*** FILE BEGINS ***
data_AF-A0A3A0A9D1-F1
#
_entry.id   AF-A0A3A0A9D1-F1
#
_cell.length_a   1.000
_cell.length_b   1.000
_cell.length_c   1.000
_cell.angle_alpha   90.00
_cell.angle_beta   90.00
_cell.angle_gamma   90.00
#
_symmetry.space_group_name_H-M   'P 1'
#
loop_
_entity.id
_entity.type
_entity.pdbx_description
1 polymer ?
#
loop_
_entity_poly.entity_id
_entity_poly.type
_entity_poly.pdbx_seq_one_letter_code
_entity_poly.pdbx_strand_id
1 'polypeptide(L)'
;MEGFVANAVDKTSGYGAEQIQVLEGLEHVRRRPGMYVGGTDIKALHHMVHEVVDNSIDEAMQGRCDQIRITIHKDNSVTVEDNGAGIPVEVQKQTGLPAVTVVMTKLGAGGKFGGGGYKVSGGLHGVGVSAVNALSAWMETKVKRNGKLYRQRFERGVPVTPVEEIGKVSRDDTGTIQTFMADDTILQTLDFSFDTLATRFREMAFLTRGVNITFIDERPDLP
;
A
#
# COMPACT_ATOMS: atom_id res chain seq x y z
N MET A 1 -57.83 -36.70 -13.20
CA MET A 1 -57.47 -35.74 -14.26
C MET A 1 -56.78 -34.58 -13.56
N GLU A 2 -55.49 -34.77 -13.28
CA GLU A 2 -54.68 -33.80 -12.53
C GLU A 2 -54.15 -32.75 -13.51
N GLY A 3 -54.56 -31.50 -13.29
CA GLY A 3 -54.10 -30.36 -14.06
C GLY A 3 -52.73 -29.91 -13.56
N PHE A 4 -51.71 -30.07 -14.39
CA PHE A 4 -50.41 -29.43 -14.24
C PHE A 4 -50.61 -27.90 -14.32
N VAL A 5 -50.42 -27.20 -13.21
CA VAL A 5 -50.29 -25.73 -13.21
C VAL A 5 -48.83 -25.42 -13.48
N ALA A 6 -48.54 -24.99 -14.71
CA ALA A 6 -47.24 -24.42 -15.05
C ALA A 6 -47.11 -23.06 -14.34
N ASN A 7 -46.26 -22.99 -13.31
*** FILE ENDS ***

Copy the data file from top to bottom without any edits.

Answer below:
data_AF-A0A3A0A9D1-F1
#
_entry.id   AF-A0A3A0A9D1-F1
#
_cell.length_a   1.000
_cell.length_b   1.000
_cell.length_c   1.000
_cell.angle_alpha   90.00
_cell.angle_beta   90.00
_cell.angle_gamma   90.00
#
_symmetry.space_group_name_H-M   'P 1'
#
loop_
_entity.id
_entity.type
_entity.pdbx_description
1 polymer ?
#
loop_
_entity_poly.entity_id
_entity_poly.type
_entity_poly.pdbx_seq_one_letter_code
_entity_poly.pdbx_strand_id
1 'polypeptide(L)'
;MEGFVANAVDKTSGYGAEQIQVLEGLEHVRRRPGMYVGGTDIKALHHMVHEVVDNSIDEAMQGRCDQIRITIHKDNSVTVEDNGAGIPVEVQKQTGLPAVTVVMTKLGAGGKFGGGGYKVSGGLHGVGVSAVNALSAWMETKVKRNGKLYRQRFERGVPVTPVEEIGKVSRDDTGTIQTFMADDTILQTLDFSFDTLATRFREMAFLTRGVNITFIDERPDLP
;
A
#
# COMPACT_ATOMS: atom_id res chain seq x y z
N MET A 1 -57.83 -36.70 -13.20
CA MET A 1 -57.47 -35.74 -14.26
C MET A 1 -56.78 -34.58 -13.56
N GLU A 2 -55.49 -34.77 -13.28
CA GLU A 2 -54.68 -33.80 -12.53
C GLU A 2 -54.15 -32.75 -13.51
N GLY A 3 -54.56 -31.50 -13.29
CA GLY A 3 -54.10 -30.36 -14.06
C GLY A 3 -52.73 -29.91 -13.56
N PHE A 4 -51.71 -30.07 -14.39
CA PHE A 4 -50.41 -29.43 -14.24
C PHE A 4 -50.61 -27.90 -14.32
N VAL A 5 -50.42 -27.20 -13.21
CA VAL A 5 -50.29 -25.73 -13.21
C VAL A 5 -48.83 -25.42 -13.48
N ALA A 6 -48.54 -24.99 -14.71
CA ALA A 6 -47.24 -24.42 -15.05
C ALA A 6 -47.11 -23.06 -14.34
N ASN A 7 -46.26 -22.99 -13.31